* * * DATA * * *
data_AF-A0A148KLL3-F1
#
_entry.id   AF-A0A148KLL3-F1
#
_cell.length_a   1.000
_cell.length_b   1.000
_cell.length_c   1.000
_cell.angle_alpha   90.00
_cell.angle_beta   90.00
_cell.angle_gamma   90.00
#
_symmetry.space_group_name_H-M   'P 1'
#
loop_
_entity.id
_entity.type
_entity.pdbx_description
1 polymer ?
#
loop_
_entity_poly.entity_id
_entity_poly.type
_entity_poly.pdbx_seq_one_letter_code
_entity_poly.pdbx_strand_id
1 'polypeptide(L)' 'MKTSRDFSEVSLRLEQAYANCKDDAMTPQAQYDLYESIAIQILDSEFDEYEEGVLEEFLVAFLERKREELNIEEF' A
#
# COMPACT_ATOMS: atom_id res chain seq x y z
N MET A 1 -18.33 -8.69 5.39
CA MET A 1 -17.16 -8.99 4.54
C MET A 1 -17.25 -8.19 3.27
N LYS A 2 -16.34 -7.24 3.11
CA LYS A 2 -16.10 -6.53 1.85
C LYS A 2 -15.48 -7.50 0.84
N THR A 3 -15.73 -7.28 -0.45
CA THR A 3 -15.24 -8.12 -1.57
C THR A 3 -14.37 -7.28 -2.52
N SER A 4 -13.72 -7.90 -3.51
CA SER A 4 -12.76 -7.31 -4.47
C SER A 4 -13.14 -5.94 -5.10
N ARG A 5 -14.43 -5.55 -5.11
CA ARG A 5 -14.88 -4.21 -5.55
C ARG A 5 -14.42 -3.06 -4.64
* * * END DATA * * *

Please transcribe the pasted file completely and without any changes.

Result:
data_AF-A0A148KLL3-F1
#
_entry.id   AF-A0A148KLL3-F1
#
_cell.length_a   1.000
_cell.length_b   1.000
_cell.length_c   1.000
_cell.angle_alpha   90.00
_cell.angle_beta   90.00
_cell.angle_gamma   90.00
#
_symmetry.space_group_name_H-M   'P 1'
#
loop_
_entity.id
_entity.type
_entity.pdbx_description
1 polymer ?
#
loop_
_entity_poly.entity_id
_entity_poly.type
_entity_poly.pdbx_seq_one_letter_code
_entity_poly.pdbx_strand_id
1 'polypeptide(L)' 'MKTSRDFSEVSLRLEQAYANCKDDAMTPQAQYDLYESIAIQILDSEFDEYEEGVLEEFLVAFLERKREELNIEEF' A
#
# COMPACT_ATOMS: atom_id res chain seq x y z
N MET A 1 -18.33 -8.69 5.39
CA MET A 1 -17.16 -8.99 4.54
C MET A 1 -17.25 -8.19 3.27
N LYS A 2 -16.34 -7.24 3.11
CA LYS A 2 -16.10 -6.53 1.85
C LYS A 2 -15.48 -7.50 0.84
N THR A 3 -15.73 -7.28 -0.45
CA THR A 3 -15.24 -8.12 -1.57
C THR A 3 -14.37 -7.28 -2.52
N SER A 4 -13.72 -7.90 -3.51
CA SER A 4 -12.76 -7.31 -4.47
C SER A 4 -13.14 -5.94 -5.10
N ARG A 5 -14.43 -5.55 -5.11
CA ARG A 5 -14.88 -4.21 -5.55
C ARG A 5 -14.42 -3.06 -4.64